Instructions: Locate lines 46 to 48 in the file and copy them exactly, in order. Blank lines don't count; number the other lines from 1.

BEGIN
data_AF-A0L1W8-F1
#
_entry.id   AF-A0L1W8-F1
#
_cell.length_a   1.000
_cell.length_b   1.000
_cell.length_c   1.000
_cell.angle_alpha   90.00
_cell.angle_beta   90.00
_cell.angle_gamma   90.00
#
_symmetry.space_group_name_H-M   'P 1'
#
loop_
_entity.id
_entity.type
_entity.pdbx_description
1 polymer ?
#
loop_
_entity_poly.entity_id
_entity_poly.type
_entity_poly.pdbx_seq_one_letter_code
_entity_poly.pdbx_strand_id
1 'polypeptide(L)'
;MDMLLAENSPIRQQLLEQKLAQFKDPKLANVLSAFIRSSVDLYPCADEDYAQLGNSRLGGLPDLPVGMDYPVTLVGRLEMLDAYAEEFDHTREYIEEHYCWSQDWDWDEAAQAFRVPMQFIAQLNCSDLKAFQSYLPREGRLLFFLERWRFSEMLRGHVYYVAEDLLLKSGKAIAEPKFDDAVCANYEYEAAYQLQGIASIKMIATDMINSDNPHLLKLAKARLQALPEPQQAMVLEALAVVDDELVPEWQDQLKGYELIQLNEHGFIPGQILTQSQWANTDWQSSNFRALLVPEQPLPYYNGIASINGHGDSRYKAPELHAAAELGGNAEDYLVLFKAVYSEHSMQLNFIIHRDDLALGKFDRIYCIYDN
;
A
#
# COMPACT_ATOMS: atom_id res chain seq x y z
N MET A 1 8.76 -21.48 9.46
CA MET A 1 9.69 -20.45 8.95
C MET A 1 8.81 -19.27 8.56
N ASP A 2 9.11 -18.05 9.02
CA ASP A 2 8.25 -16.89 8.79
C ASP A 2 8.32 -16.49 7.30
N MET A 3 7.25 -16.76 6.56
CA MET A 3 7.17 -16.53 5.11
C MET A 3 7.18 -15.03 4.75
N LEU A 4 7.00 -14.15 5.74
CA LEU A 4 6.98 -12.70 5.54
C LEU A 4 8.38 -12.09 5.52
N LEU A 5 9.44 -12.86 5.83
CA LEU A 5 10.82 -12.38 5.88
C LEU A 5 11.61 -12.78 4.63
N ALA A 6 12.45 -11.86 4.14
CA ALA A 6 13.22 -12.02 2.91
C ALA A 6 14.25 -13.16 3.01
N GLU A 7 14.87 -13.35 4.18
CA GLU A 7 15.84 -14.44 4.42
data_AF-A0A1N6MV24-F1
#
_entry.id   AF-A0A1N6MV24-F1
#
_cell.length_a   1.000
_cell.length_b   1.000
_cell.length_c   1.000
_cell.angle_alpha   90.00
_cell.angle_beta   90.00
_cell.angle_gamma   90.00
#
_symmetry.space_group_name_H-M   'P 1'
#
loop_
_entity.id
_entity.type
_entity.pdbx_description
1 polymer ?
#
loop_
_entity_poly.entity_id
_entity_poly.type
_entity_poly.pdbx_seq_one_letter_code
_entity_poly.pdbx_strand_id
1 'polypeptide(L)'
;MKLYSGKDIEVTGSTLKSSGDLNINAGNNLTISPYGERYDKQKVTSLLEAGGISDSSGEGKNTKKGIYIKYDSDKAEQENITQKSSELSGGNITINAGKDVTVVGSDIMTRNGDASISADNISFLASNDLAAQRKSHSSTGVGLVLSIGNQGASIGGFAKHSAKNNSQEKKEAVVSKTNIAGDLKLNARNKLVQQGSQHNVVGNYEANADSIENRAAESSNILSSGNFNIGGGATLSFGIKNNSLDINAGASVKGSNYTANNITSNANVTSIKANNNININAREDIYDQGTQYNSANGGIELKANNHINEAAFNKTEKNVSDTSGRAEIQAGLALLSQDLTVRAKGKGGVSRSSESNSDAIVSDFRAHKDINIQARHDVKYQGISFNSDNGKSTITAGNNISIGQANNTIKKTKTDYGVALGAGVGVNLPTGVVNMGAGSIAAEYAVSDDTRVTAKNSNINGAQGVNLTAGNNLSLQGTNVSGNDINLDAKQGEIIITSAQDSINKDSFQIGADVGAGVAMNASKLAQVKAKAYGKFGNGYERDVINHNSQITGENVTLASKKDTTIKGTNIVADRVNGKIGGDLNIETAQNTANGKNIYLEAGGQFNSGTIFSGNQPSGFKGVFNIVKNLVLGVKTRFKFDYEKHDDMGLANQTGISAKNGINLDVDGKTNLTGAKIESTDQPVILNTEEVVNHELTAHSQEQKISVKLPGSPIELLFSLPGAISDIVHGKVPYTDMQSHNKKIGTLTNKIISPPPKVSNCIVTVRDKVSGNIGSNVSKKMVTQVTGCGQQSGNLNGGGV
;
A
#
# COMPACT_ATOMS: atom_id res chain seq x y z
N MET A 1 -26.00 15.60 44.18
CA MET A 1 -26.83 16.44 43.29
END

N ALA A 6 12.45 -11.86 4.14
CA ALA A 6 13.22 -12.02 2.91
C ALA A 6 14.25 -13.16 3.01